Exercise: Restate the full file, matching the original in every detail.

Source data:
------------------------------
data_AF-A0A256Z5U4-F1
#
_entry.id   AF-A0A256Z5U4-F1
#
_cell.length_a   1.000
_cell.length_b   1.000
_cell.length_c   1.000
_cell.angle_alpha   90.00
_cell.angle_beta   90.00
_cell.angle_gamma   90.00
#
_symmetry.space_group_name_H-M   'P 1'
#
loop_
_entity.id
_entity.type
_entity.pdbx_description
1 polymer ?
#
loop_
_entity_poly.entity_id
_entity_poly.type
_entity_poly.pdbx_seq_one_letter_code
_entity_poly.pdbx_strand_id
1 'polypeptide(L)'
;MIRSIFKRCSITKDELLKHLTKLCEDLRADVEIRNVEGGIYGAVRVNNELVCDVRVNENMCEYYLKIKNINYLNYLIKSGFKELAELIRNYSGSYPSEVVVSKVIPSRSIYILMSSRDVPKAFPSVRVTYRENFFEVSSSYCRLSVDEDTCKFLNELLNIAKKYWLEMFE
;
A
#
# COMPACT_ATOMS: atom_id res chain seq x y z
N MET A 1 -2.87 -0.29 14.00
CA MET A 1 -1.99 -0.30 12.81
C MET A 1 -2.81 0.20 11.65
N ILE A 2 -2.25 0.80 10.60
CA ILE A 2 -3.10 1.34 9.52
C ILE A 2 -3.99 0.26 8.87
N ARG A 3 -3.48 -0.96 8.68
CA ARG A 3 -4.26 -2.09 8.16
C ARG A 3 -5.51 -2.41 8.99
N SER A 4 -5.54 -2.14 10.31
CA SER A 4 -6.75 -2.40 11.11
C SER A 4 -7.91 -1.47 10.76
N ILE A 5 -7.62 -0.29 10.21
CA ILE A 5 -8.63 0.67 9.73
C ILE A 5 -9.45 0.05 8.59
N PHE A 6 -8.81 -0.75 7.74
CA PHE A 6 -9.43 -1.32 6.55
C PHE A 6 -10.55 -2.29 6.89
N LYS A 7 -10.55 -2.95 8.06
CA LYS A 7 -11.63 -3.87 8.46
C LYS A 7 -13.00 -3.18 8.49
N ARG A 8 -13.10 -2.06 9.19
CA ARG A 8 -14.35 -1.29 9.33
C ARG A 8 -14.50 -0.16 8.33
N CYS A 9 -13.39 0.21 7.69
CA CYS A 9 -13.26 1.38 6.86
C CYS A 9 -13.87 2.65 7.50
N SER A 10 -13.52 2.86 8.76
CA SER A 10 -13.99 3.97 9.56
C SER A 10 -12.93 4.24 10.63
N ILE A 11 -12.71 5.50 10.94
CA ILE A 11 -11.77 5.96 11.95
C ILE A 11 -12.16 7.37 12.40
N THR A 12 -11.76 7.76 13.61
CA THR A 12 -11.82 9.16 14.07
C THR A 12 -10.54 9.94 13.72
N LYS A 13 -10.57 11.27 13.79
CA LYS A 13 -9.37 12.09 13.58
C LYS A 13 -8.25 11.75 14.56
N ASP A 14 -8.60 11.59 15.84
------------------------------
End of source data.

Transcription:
data_AF-A0A256Z5U4-F1
#
_entry.id   AF-A0A256Z5U4-F1
#
_cell.length_a   1.000
_cell.length_b   1.000
_cell.length_c   1.000
_cell.angle_alpha   90.00
_cell.angle_beta   90.00
_cell.angle_gamma   90.00
#
_symmetry.space_group_name_H-M   'P 1'
#
loop_
_entity.id
_entity.type
_entity.pdbx_description
1 polymer ?
#
loop_
_entity_poly.entity_id
_entity_poly.type
_entity_poly.pdbx_seq_one_letter_code
_entity_poly.pdbx_strand_id
1 'polypeptide(L)'
;MIRSIFKRCSITKDELLKHLTKLCEDLRADVEIRNVEGGIYGAVRVNNELVCDVRVNENMCEYYLKIKNINYLNYLIKSGFKELAELIRNYSGSYPSEVVVSKVIPSRSIYILMSSRDVPKAFPSVRVTYRENFFEVSSSYCRLSVDEDTCKFLNELLNIAKKYWLEMFE
;
A
#
# COMPACT_ATOMS: atom_id res chain seq x y z
N MET A 1 -2.87 -0.29 14.00
CA MET A 1 -1.99 -0.30 12.81
C MET A 1 -2.81 0.20 11.65
N ILE A 2 -2.25 0.80 10.60
CA ILE A 2 -3.10 1.34 9.52
C ILE A 2 -3.99 0.26 8.87
N ARG A 3 -3.48 -0.96 8.68
CA ARG A 3 -4.26 -2.09 8.16
C ARG A 3 -5.51 -2.41 8.99
N SER A 4 -5.54 -2.14 10.31
CA SER A 4 -6.75 -2.40 11.11
C SER A 4 -7.91 -1.47 10.76
N ILE A 5 -7.62 -0.29 10.21
CA ILE A 5 -8.63 0.67 9.73
C ILE A 5 -9.45 0.05 8.59
N PHE A 6 -8.81 -0.75 7.74
CA PHE A 6 -9.43 -1.32 6.55
C PHE A 6 -10.55 -2.29 6.89
N LYS A 7 -10.55 -2.95 8.06
CA LYS A 7 -11.63 -3.87 8.46
C LYS A 7 -13.00 -3.18 8.49
N ARG A 8 -13.10 -2.06 9.19
CA ARG A 8 -14.35 -1.29 9.33
C ARG A 8 -14.50 -0.16 8.33
N CYS A 9 -13.39 0.21 7.69
CA CYS A 9 -13.26 1.38 6.86
C CYS A 9 -13.87 2.65 7.50
N SER A 10 -13.52 2.86 8.76
CA SER A 10 -13.99 3.97 9.56
C SER A 10 -12.93 4.24 10.63
N ILE A 11 -12.71 5.50 10.94
CA ILE A 11 -11.77 5.96 11.95
C ILE A 11 -12.16 7.37 12.40
N THR A 12 -11.76 7.76 13.61
CA THR A 12 -11.82 9.16 14.07
C THR A 12 -10.54 9.94 13.72
N LYS A 13 -10.57 11.27 13.79
CA LYS A 13 -9.37 12.09 13.58
C LYS A 13 -8.25 11.75 14.56
N ASP A 14 -8.60 11.59 15.84